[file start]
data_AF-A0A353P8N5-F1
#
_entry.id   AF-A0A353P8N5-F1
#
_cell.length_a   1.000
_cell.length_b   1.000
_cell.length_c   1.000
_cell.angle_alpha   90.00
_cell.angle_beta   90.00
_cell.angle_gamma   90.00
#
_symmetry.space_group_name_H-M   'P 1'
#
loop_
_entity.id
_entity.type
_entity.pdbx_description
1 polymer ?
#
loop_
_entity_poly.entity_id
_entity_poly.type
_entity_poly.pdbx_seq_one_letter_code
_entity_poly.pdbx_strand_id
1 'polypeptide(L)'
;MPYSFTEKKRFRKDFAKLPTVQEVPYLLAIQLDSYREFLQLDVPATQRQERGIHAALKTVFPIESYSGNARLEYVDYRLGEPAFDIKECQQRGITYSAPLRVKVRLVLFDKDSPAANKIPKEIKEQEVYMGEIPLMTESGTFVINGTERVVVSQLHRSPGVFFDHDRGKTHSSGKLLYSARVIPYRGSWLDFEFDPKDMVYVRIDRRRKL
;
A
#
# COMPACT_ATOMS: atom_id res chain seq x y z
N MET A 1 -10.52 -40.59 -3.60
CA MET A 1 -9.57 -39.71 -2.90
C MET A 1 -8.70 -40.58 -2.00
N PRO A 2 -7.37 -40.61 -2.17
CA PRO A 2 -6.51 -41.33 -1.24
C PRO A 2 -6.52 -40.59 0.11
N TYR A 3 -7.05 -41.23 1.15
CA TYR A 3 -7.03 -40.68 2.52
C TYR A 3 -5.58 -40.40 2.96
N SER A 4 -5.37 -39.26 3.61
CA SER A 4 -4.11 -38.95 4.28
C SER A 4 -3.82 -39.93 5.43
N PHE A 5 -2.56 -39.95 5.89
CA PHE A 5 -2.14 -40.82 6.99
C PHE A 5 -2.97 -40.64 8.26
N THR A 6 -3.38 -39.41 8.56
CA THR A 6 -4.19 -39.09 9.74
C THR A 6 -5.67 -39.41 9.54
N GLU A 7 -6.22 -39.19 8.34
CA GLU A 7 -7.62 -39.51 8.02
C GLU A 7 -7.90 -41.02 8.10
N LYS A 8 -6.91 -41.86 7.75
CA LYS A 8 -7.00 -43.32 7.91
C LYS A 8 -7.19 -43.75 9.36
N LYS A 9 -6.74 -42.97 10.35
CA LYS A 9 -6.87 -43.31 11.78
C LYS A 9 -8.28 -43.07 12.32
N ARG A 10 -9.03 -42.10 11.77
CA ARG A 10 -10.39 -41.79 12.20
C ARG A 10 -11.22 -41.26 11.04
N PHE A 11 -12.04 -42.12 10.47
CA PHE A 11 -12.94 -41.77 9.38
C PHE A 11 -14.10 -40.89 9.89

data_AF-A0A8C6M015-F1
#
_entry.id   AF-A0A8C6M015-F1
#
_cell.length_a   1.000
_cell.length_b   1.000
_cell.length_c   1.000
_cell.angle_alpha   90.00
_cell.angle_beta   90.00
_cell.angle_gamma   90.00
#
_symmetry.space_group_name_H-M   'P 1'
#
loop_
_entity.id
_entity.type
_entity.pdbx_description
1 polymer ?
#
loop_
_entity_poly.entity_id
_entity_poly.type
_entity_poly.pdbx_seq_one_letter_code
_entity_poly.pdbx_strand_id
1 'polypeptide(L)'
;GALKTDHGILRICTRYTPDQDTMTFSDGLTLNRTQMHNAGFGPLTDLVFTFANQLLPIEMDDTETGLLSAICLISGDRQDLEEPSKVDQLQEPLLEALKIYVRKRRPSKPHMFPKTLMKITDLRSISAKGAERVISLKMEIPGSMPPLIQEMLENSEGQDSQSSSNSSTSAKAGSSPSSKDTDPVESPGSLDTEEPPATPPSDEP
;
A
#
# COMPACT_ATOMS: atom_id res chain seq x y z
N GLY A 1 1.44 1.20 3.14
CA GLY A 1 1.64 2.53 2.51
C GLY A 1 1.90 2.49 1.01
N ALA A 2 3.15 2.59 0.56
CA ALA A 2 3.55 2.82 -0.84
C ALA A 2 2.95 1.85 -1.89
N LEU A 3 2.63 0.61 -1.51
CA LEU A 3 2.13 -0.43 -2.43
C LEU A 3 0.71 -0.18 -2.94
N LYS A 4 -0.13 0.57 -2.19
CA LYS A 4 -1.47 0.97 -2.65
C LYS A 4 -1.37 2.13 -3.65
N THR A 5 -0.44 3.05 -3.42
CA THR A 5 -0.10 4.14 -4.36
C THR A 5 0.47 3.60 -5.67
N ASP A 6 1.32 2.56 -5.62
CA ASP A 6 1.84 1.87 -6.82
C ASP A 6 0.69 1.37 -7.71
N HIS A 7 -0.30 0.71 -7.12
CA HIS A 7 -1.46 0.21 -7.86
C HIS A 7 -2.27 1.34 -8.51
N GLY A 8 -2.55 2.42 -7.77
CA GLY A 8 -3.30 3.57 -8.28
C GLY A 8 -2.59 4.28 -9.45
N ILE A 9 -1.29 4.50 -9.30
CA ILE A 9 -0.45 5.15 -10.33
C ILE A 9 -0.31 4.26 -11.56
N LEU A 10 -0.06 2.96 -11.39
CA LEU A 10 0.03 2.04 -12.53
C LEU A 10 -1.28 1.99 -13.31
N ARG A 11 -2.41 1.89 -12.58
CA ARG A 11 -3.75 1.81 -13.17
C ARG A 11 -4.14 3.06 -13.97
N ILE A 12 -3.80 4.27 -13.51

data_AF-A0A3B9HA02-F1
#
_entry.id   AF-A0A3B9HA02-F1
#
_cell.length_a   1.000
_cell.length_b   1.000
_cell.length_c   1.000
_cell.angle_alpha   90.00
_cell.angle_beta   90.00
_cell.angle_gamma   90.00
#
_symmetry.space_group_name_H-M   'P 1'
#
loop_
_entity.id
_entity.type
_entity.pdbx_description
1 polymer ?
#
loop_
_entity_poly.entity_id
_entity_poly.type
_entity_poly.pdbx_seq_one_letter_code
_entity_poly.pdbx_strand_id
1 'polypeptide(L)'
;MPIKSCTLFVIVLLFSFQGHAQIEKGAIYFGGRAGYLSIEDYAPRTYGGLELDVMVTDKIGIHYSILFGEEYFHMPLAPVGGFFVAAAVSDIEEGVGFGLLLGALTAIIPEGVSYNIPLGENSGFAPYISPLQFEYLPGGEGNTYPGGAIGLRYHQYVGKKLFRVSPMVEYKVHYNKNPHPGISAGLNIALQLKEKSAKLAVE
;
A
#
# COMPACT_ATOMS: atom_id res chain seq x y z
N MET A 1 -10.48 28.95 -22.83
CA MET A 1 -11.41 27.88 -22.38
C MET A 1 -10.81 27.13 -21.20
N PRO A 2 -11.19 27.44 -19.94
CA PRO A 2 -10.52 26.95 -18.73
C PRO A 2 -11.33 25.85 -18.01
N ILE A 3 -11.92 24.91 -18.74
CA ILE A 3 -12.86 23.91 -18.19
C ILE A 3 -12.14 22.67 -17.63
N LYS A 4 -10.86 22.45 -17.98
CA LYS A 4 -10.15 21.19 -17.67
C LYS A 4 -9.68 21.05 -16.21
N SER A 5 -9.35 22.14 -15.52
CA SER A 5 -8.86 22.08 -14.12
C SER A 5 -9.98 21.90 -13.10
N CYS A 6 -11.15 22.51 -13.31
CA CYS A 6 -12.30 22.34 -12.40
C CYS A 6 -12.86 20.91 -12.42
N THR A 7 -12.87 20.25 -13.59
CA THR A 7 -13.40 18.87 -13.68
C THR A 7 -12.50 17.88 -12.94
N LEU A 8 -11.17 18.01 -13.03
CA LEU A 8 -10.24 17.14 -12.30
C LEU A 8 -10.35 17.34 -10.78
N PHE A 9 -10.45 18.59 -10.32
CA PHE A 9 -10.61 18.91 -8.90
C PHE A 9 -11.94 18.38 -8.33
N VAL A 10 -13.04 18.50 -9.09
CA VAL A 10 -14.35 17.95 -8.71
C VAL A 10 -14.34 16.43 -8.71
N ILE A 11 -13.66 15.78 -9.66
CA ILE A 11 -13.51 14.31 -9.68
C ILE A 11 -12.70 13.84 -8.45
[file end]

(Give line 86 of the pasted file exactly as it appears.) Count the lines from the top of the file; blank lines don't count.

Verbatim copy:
_entity_poly.pdbx_seq_one_letter_code